EXPLORE the history behind the movements that shaped the disability community:
- 504 Sit-In – A nearly 30-day protest in 1977 of multiple groups that put pressure on President Jimmy Carter’s administration by occupying federal buildings in the U.S.
- ADAPT – Formed from a group of disabled activists who blocked an intersection to force public transportation officials to address the lack of wheelchair-accessible buses, the American Disabled for Attendant Programs Today officially formed in 1983.
- Deaf President Now Protests – Student protest in 1988 after the decision was announced to appoint a hearing president over highly qualified deaf candidates.
- The Capitol Crawl – A 1990 demonstration critical to the passing of the ADA when a group of disabled people abandoned their mobility aids and began crawling up the 78 steps up to the Capitol building.
- Nothing About Us Without Us – A rallying cry first invoked by South African disability activists in the early ‘90s that has since spread worldwide.
IMMERSE yourself in media where disabled people share their own stories:
- Memoirs: “Sitting Pretty: The View from My Ordinary, Resilient, Disabled Body” by Rebekah Taussig (2021) and “The Pretty One: On Life, Pop Culture, Disability, and Other Reasons to Fall in Love with Me” by Keah Brown (2019)
- Documentaries: “Asperger’s Are Us” (2016) and “Crip Camp: A Disability Revolution” (2020)
- Television series: “Love on the Spectrum” (Netflix) and “Atypical” (Netflix)
- Edited collections: “Disability Visibility: First-Person Stories from the Twentieth Century” edited by Alice Wong (2020) and “The Collected Schizophrenias: Essays” by Esmé Weijun Wang (2010)
The celebration or observance of Disability Pride Month is a reminder that the disability community carries a legacy forged on advocacy, determination and progress.
Because disability is more than a description or diagnosis—it’s an identity that connects a diverse and beautiful community. A way to claim and continue a legacy that affirms disabled people’s right to have their humanity fully recognized.
So, whether you’re looking to branch out or find new connections, here are a few ways to celebrate Disability Pride Month in your community.
- Attend a Disability Pride Parade near you. Since the first Disability Pride Parade was held in Boston in 1990, numerous parades and activities have spread throughout the country in places like Chicago and New York City, to name a few.
- Find additional resources, events or discussions through your local library or various civic, arts and religious institutions. Beyond your immediate vicinity, search online for virtual chats, blogs, livestreams and more.
- Donate your time, expertise and knowledge to others, keeping in mind there are many ways to aid the movement that go beyond financial gifts.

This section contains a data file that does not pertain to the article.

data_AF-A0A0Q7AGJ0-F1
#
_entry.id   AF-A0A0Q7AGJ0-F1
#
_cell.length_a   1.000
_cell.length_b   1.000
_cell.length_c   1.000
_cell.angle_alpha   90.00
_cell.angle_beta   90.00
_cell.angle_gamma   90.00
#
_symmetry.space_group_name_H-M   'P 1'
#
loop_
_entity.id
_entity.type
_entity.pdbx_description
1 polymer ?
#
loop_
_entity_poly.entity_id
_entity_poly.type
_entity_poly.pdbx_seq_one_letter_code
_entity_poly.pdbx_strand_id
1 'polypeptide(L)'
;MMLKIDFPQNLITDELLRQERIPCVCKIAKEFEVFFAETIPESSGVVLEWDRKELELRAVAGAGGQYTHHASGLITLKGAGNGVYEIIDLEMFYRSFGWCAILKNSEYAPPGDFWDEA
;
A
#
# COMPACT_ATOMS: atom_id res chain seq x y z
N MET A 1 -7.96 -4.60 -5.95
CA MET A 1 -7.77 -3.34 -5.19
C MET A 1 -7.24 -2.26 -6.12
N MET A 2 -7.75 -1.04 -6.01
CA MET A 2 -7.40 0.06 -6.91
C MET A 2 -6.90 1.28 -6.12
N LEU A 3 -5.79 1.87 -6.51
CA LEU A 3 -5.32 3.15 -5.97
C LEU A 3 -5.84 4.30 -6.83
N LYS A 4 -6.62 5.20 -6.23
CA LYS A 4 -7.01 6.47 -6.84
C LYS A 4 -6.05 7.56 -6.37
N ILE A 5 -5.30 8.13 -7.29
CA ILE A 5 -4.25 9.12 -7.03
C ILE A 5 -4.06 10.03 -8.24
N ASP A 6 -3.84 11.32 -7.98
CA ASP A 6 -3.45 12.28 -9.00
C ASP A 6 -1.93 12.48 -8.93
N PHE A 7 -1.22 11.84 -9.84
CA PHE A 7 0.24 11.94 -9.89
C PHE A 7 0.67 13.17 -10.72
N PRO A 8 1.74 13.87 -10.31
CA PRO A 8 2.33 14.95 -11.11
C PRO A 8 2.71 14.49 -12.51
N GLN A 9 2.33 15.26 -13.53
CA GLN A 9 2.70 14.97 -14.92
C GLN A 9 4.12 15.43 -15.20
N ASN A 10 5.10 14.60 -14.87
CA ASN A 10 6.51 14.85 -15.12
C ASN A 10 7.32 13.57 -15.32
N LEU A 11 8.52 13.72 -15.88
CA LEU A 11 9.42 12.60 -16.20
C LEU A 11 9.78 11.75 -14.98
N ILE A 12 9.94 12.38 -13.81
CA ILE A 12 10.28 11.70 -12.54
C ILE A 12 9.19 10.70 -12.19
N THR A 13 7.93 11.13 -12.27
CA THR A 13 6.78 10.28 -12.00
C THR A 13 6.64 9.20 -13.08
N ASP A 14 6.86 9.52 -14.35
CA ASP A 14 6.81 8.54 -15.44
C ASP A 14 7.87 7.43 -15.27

- Champion inclusion by ensuring services, meetings and performances are fully accessible.
- Practice avoiding framing disability as a metaphor or insult in conversation and address it when it comes up. Though common, words like “insane,” “lame,” “crazy,” “dumb” and “stupid” were historically used to refer to people with disabilities and can be offensive and hurtful.
“I’ve been helping fundraise for a local nonprofit that puts people with MS on bikes to help restore their function and balance. I’m really proud that I get to be a part of this community.” – Kara G.
There are those who may find it challenging to claim pride in disability, often because society has enforced the belief that disability is not something to be proud of. The truth is, we can be proud and still be frustrated. By allowing disability pride to exist in multiple ways, it opens the door for us all.
For example, sometimes pride means actively refusing to adopt the shame society seems eager to instill. This makes disability pride a necessary tool in dismantling discrimination and prejudice against people living with disabilities. Disability Pride Month reminds us that we can take pride in the moments that matter to us, no matter how small.
“As a community, we’re still figuring out what disabled pride looks like in a way that feels authentic, especially when disability is still perceived as something to ‘fix.’” – Kara G.
When it comes to being an ally for the disabled community, it often starts with understanding ableism. Ableism is the discrimination of and social prejudice against people with disabilities based on the belief that typical abilities are superior.
Sometimes ableism is obvious, such as not having authentic representation of disability in media and television or facing discrimination in the workplace. Other times, it’s not so obvious, such as not recognizing how disability can have benefits or how accommodations can benefit more than the person who requests them.
Want to learn more? Here are a few places to start exploring disability allyship:
- How to Support Friends with Disabilities (There Are More of Us Than You Think)
- Real Stories: Supporting Friends with Anxiety and Depression
- We also suggest reading “Demystifying Disability: What to Know, What to Say, and How to Be an Ally” by Emily Ladau (2021).
“I am proud right now to be giving more grace for myself and others.” – A sister, wife, mother and aunt who works daily to be an ally to loved ones that deal with mental illness, addiction, autism and Attention-Deficit Hyperactivity Disorder.
This Disability Pride Month, we want to remind you that no one can take away your pride. Disability is part of who we are and embodies the full spectrum of what it means to be human.
So, celebrate by sharing pride in who you are and where you’re going. It starts with us. So, with that…my name is Mercedes and as an able-bodied person living with several psychiatric disabilities, I’m proud I remembered to take my meds this morning. What does your disability pride look like?